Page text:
My discourse proceeds in the following way: each term is sustained only in its topological relation with the others.

Jacques Lacan | Book XI: The Four Fundamental Concepts of Psychoanalysis


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LX:65 | Get Off the Bus

The reader of Lévi-Strauss’s other books who is foolish enough to seek a punch line is likely to be disappointed. The formula that the author often provides at the end of a book, holding it up proudly for us to see, like a cat that brings its master a half-masticated mouse, is anticlimactic; often it ends up by bleeding the myth of all its meanings. But before he gets to that end, Lévi-Strauss reveals to us more complex levels of meaning. He tells the stories, and tells about the stories, and suggests many rich patterns of interpretation before boiling it all down to a set of logical symbols.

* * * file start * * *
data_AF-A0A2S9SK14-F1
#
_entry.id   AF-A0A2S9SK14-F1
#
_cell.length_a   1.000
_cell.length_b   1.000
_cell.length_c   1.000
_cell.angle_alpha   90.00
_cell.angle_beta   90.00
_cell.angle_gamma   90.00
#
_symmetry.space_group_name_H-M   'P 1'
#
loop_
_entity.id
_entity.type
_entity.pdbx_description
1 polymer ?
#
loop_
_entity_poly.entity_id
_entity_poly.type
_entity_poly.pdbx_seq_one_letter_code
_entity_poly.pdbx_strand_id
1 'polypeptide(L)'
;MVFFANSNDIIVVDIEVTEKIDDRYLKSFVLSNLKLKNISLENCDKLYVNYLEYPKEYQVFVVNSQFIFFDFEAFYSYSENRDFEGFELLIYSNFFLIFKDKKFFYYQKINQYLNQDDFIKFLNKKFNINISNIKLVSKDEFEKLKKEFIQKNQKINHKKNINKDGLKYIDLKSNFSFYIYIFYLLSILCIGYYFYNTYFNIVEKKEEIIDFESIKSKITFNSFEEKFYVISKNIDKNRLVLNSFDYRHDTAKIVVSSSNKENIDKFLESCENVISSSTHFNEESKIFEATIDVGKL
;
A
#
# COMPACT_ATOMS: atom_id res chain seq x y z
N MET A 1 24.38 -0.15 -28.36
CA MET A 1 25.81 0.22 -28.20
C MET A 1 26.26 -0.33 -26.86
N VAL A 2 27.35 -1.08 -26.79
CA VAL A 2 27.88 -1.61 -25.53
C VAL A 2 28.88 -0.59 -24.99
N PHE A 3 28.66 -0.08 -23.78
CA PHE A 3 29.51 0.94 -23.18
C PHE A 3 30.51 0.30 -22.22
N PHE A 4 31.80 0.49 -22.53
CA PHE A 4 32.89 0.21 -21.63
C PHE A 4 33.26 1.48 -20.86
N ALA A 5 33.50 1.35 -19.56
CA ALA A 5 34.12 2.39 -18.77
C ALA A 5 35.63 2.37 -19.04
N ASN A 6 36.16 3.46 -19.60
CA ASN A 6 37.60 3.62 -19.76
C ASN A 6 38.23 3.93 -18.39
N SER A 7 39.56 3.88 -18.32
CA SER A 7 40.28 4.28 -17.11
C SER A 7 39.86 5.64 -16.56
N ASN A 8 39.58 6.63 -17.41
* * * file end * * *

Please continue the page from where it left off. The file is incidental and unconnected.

The trick is to jettison Lévi-Strauss right before the moment when he finally deconstructs himself. It is a point that is hard to gauge and calls to mind the story of the woman on the bus who, when asked by a stranger about a particular stop, advised him, “Just watch me and get off one stop before I do.” We must jump off Lévi-Strauss’s bus one stop before he does. And once we have jumped off, we usually find that we are not there yet. We have to get on another bus (theological, psychological), or, indeed, several busses. We need a lot of transfers on the mythic journey. But if we know where to look, Lévi-Strauss provides those transfers, too. In Myth and Meaning he provides a great number of such transfers in the form of clues to his understanding of human experience, and this time the windows are cleaner and you can see out, as well as in.


Source

Doniger, Wendy. Foreword.  Myth and Meaning: Cracking the Code of Culture.  By Claude Lévi-Strauss.  Schocken Books, 1995. xiii - xiv. 


See Also

Lexicon Entries

A Kind of Refusal of Understanding; This Permanent Dissonance

Works and Days

 

Documents

 


Notes

 


 

 

Tags: Claude Lévi-Strauss

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